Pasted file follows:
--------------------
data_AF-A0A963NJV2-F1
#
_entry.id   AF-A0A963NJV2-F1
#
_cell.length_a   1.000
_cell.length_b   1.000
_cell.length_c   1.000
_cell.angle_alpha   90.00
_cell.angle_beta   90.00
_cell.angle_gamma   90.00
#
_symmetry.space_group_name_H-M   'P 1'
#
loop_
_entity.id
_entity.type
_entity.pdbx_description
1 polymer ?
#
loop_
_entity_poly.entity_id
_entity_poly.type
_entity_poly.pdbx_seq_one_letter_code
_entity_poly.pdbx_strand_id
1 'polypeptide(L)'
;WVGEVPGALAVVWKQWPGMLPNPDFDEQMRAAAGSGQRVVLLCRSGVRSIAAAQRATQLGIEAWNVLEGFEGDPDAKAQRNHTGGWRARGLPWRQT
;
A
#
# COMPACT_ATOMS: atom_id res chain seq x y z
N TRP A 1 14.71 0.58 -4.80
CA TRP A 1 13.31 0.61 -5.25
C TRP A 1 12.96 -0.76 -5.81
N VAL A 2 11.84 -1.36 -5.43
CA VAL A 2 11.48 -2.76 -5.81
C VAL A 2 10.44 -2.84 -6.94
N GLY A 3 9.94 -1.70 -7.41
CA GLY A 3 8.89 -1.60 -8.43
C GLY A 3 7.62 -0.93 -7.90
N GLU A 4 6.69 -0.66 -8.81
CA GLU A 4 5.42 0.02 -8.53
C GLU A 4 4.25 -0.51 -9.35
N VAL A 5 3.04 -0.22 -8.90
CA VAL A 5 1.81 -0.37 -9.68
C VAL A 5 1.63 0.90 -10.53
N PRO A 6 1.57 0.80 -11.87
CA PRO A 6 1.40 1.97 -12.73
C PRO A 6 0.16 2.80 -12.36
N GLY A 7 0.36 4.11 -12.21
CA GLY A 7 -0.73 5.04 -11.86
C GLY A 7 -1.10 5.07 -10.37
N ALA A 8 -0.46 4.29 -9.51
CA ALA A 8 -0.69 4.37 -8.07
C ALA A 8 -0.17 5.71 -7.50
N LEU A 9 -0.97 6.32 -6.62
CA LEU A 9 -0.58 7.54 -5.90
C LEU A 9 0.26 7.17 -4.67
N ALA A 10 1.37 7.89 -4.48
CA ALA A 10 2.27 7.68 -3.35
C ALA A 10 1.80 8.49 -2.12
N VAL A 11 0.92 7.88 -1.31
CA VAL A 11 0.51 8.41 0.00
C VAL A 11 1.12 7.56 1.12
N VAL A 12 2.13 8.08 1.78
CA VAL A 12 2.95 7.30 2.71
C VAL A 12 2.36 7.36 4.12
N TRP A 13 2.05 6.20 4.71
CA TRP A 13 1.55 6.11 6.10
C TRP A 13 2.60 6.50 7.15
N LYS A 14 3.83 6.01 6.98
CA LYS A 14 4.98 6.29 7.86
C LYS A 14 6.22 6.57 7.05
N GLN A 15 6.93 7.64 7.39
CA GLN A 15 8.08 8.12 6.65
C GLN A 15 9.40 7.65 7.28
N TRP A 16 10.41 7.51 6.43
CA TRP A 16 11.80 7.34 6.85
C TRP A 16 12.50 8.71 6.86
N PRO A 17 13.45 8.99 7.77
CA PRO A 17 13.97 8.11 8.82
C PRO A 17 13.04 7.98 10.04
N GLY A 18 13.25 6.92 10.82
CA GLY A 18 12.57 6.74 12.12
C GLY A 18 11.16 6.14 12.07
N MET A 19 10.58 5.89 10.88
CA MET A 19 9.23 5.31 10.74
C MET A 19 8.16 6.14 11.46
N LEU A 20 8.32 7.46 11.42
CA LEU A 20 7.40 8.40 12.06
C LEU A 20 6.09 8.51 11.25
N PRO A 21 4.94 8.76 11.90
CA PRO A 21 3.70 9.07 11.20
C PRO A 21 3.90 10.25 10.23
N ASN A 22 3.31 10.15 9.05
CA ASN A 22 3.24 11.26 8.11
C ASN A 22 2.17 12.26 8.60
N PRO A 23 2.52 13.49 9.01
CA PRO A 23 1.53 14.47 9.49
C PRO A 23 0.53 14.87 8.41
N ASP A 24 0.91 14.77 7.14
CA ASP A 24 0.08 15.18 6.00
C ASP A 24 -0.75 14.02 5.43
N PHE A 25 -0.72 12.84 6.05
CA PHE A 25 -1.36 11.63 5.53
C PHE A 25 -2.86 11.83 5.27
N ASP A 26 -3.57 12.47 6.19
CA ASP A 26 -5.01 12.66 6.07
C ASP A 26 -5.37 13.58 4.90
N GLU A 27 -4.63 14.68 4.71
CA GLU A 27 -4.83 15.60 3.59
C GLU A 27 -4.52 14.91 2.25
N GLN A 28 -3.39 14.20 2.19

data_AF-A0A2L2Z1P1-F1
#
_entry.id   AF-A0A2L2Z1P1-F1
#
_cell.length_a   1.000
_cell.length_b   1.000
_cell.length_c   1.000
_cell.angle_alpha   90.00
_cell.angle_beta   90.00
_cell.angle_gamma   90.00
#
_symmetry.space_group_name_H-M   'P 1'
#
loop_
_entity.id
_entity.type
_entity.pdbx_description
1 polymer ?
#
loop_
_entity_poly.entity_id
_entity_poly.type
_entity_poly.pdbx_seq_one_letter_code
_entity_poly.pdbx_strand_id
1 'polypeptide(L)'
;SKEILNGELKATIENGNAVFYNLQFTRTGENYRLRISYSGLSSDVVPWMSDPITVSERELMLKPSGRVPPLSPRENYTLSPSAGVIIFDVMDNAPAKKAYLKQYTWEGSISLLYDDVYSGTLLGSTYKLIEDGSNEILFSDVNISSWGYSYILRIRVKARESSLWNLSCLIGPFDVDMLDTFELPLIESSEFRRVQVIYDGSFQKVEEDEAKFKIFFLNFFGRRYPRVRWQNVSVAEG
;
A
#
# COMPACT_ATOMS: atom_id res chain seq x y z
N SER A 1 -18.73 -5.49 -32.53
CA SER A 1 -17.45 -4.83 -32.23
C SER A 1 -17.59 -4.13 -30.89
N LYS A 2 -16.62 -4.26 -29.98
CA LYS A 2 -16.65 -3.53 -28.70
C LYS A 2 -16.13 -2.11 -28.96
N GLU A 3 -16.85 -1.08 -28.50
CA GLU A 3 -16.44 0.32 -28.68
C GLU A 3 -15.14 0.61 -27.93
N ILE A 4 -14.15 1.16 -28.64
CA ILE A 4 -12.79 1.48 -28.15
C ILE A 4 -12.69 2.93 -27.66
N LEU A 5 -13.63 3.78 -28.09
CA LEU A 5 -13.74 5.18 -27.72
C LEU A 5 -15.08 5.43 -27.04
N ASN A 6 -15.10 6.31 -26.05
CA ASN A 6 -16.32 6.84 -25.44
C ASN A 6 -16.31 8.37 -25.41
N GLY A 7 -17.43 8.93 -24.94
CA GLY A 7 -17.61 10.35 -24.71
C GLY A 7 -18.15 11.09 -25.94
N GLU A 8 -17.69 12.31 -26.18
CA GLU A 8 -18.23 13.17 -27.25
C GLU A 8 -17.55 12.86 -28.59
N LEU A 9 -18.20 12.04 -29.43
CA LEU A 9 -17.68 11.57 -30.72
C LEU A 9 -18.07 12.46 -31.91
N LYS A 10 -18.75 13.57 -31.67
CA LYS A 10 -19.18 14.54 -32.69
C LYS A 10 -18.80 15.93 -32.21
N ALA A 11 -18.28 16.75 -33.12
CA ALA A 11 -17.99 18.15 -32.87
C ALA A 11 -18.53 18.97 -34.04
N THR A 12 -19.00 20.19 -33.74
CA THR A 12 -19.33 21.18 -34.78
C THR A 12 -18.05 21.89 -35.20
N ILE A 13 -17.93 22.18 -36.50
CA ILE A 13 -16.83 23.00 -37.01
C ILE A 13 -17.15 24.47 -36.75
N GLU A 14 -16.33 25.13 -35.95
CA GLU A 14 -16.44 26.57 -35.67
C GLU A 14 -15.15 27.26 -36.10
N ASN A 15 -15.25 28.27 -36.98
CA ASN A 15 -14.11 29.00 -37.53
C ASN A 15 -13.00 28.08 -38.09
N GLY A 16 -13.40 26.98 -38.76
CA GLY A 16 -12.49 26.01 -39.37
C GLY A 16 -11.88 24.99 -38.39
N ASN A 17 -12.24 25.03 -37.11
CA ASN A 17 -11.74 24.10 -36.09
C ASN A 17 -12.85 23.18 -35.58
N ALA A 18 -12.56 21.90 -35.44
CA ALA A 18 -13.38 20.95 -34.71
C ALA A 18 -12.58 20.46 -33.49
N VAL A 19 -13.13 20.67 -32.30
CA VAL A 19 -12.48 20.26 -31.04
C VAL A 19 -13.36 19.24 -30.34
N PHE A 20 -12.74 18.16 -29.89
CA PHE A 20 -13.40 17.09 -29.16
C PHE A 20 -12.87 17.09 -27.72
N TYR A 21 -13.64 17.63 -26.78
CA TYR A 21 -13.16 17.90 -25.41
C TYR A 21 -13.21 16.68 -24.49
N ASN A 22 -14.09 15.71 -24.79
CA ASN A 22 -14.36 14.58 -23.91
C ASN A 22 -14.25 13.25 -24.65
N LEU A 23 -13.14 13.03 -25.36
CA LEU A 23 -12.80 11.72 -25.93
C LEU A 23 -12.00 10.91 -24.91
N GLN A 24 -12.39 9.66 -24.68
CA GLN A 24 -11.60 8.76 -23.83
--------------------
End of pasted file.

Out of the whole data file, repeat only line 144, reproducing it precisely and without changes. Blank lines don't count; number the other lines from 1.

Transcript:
CA SER A 1 -17.45 -4.83 -32.23